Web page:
Accounting for a World Curriculum

ohn Meyer and David Kamens

[Edited from: Meyer, J.W. and Kamens, D.H. (1992) ‘Conclusion: accounting for a world curriculum’, in Meyer, J.W., Kamens, D.H. and Benavot, A., with Cha., Y.K. and Wong, S.Y. (eds) School Knowledge for the Masses: World Models and National Primary Curricular Categories in the Twentieth Century, London: Falmer Press, pp. 165-75]

The most important finding in our research is the relative homogeneity of the world's primary curricular outlines in the twentieth century. This is true descriptively - in the sense that there is considerably less variation among curricular outlines than reasonable arguments would have predicted. And it is true in an explanatory sense -factors that vary among countries play a smaller role than most theories would have proposed, in affecting variations among curricula. Further, we notice a pronounced tendency for curricular changes in particular countries to parallel each other and to take the form of conformity to world curricular patterns.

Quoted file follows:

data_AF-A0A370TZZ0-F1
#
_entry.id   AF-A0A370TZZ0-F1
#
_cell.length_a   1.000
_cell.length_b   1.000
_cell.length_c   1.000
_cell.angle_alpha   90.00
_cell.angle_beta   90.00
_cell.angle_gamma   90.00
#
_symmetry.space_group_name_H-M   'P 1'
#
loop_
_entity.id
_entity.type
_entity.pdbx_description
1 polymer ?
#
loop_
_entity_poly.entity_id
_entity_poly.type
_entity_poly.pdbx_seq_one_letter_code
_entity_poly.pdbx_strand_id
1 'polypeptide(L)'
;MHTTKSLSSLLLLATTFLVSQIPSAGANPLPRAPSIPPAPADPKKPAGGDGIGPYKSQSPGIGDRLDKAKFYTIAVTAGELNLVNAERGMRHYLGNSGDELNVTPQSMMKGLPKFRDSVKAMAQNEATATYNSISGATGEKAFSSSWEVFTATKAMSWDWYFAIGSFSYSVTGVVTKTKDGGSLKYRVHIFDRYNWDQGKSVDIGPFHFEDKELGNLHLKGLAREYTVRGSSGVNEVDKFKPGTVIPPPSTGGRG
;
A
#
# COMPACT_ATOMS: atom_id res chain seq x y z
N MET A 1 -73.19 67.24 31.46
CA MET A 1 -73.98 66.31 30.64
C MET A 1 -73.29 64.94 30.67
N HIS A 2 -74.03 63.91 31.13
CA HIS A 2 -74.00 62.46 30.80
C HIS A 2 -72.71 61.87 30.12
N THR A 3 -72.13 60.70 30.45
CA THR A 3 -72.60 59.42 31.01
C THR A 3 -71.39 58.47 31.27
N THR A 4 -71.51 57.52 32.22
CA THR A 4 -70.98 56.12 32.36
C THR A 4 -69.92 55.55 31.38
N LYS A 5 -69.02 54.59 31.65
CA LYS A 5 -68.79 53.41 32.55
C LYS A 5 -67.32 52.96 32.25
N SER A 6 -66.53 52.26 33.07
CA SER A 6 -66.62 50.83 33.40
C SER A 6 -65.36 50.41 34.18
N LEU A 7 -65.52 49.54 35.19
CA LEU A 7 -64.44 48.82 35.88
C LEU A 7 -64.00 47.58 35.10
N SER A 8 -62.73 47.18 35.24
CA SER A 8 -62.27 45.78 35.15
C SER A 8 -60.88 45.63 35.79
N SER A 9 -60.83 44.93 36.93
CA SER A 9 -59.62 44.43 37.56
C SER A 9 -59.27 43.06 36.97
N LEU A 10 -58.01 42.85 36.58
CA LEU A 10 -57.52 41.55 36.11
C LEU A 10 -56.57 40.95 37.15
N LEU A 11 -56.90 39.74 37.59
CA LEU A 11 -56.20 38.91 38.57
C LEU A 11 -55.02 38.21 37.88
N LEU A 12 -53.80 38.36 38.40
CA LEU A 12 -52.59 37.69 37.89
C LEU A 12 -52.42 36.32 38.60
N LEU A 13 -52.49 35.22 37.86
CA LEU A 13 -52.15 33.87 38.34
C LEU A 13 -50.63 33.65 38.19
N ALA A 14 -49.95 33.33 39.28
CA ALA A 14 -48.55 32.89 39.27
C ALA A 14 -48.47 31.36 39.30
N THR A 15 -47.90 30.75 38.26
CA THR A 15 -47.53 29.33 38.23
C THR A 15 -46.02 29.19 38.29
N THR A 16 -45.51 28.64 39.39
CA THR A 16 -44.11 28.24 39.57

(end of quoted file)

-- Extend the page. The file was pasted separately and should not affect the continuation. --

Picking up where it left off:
It turns out, thus, that through this century one may speak of a relatively clear 'world primary curriculum' operating, at least as an official standard, in almost all countries. A bit more than a third of the student's time is to be spent on language - and mainly on national language(s), not on local or foreign or classical ones. About one-sixth of the time goes to mathematics. A set of other subjects is practically always found (especially since the Second World War), with each subject taking 10 per cent of curricular time, or a bit less – social science, science, arts and physical education. Religious or moral education, and vocational education, are less universally present, and get only 5 per cent of the time. All other possible subjects -and many are found in one or another country at one or another time -take up in total less than a twentieth of the curriculum in the typical case.

The stylized character of the overall outline of the curriculum, or its...